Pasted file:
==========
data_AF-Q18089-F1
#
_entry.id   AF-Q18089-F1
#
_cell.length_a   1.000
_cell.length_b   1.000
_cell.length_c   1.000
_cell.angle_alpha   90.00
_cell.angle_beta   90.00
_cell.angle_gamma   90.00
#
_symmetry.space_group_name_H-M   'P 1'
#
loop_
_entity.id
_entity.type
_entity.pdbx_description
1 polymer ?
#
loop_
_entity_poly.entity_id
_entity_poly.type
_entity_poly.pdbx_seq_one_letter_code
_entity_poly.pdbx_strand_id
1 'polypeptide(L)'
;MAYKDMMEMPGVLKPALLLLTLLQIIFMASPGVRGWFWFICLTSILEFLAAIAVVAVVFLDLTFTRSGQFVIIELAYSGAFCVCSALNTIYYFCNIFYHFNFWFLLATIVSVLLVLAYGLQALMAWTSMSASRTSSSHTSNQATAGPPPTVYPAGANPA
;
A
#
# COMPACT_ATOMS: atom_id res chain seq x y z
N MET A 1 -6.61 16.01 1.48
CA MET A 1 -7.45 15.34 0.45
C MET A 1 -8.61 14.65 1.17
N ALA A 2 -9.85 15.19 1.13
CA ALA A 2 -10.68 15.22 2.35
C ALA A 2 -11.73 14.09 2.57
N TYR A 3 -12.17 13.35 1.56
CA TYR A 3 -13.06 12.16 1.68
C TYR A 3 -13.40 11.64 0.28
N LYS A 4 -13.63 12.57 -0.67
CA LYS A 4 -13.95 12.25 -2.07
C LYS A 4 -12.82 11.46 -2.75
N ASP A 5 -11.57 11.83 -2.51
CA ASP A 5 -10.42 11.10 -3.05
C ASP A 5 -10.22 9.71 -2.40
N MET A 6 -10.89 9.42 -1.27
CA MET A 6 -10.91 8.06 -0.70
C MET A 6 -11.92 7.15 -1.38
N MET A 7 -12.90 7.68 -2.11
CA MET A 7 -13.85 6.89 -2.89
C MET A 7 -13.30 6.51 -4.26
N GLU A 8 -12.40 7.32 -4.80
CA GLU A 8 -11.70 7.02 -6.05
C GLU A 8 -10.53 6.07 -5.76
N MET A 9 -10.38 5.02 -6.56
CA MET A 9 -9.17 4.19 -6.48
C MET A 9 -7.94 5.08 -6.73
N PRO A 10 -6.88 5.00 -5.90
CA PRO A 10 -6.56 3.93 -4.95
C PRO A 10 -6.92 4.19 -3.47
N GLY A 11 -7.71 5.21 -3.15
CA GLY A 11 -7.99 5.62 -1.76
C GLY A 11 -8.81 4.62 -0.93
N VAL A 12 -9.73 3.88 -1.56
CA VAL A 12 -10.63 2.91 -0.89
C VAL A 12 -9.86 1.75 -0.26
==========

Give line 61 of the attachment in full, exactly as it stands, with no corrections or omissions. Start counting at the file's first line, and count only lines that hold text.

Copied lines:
N GLY A 11 -7.71 5.21 -3.15